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  Trace elemental alterations of bivalve shells following transgenerational exposure to ocean acidification: Implications for geographical traceability and environmental reconstruction

Zhao, L., Milano, S., Tanaka, K., Liang, J., Deng, Y., Yang, F., et al. (2020). Trace elemental alterations of bivalve shells following transgenerational exposure to ocean acidification: Implications for geographical traceability and environmental reconstruction. Science of The Total Environment, 705: 135501. doi:10.1016/j.scitotenv.2019.135501.

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 Creators:
Zhao, Liqiang, Author
Milano, Stefania1, Author                 
Tanaka, Kentaro, Author
Liang, Jian, Author
Deng, Yuewen, Author
Yang, Feng, Author
Walliser, Eric O., Author
Schöne, Bernd R., Author
Affiliations:
1Department of Human Evolution, Max Planck Institute for Evolutionary Anthropology, Max Planck Society, ou_1497673              

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Free keywords: Bivalve shell; Trace elements; Ocean acidification; Transgenerational acclimation
 Abstract: Trace elements of bivalve shells can potentially record the physical and chemical properties of the ambient seawater during shell formation, thereby providing valuable information on environmental conditions and provenance of the bivalves. In an acidifying ocean, whether and how seawater acidification affects the trace elemental composition of bivalve shells is largely unknown. Here, we investigated the transgenerational effects of OA projected for the end of the 21st century on the incorporation of trace elements into shells of the Manila clam, Ruditapes philippinarum. Neither seawater pH nor transgenerational exposure affected the Mg and Sr composition of the shells. Compared with clams grown under ambient conditions, specimens exposed to elevated CO2 levels incorporated significantly higher amounts of Cu, Zn, Ba and Pb into their shells, in line with the fact that at lower pH, these elements in seawater occur at higher fractions in free forms which are biologically available. Transgenerational effects manifested themselves significantly during the incorporation of Cu and Zn into the shells, most likely because Cu and Zn are biologically essential trace elements for metabolic processes. In addition, the plasticity of metabolism toward energetic efficiency following transgenerational exposure confers the clams enhanced ability to discriminate against Cu and Zn during the uptake from the ambient environment to the site of calcification. In the context of near-future OA scenarios, these findings may provide unique insights into the two primary applications of trace elements of bivalve shells as geographical tracers and proxies of environmental conditions.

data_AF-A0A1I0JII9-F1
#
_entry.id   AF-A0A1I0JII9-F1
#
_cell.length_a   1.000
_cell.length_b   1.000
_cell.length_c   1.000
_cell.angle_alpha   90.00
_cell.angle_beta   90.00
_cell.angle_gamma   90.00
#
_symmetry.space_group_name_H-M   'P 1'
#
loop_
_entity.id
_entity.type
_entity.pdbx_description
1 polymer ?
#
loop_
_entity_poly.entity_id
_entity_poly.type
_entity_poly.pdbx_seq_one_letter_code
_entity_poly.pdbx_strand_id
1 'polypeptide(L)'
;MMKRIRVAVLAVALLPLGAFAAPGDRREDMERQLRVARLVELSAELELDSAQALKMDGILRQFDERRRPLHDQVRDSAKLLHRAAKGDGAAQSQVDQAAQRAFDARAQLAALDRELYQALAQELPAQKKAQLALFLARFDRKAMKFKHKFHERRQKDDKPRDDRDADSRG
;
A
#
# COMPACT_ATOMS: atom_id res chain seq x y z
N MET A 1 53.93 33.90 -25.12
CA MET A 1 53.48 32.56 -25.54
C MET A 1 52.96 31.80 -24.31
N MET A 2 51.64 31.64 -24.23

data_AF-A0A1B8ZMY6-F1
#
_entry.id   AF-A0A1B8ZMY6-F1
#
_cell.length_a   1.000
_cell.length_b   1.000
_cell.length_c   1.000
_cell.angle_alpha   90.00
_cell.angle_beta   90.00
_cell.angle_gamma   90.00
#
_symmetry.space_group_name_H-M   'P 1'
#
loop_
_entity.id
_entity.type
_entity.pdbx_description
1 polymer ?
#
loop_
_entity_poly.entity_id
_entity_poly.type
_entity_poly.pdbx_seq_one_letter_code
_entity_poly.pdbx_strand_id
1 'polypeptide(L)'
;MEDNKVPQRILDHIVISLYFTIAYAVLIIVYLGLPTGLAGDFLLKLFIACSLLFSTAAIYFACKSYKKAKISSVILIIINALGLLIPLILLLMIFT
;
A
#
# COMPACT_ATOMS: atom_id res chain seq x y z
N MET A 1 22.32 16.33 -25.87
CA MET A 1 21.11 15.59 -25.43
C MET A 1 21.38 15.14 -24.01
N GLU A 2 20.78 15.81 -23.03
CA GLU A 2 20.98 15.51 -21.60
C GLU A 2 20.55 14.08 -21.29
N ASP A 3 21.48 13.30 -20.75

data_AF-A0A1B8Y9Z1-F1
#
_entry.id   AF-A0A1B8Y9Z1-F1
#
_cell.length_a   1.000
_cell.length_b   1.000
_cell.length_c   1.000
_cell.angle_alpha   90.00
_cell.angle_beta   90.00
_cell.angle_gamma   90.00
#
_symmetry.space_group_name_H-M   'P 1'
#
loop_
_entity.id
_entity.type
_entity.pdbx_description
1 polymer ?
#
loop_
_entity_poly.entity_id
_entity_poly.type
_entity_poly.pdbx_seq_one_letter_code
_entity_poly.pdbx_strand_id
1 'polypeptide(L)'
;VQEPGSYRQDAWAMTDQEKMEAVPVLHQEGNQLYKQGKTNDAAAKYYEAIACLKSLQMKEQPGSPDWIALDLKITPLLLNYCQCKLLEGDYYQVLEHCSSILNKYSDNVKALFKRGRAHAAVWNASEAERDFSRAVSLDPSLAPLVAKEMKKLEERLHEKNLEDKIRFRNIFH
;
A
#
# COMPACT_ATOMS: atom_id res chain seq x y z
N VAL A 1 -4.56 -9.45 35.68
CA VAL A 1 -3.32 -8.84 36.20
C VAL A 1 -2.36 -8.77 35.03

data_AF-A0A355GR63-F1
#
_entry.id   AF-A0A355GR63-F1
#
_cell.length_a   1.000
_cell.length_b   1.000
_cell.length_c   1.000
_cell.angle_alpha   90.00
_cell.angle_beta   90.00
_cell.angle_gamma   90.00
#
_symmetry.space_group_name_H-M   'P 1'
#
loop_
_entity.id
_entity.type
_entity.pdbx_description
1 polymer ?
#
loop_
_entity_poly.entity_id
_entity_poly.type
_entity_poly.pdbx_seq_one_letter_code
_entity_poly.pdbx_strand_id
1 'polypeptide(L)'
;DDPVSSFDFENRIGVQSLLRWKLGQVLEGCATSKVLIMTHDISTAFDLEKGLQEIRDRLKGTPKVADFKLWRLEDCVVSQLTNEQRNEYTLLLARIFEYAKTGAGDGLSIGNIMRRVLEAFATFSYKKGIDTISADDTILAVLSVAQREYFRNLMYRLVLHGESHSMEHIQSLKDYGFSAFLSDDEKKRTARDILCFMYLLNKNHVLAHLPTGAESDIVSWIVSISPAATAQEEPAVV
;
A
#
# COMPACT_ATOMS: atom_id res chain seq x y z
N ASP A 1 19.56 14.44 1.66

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Language(s): eng - English
 Dates: 2020-02-25
 Publication Status: Issued
 Pages: -
 Publishing info: -
 Table of Contents: -
 Rev. Type: Peer
 Identifiers: DOI: 10.1016/j.scitotenv.2019.135501
 Degree: -

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Title: Science of The Total Environment
Source Genre: Journal
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Publ. Info: Amsterdam : Elsevier
Pages: - Volume / Issue: 705 Sequence Number: 135501 Start / End Page: - Identifier: ISBN: 0048-9697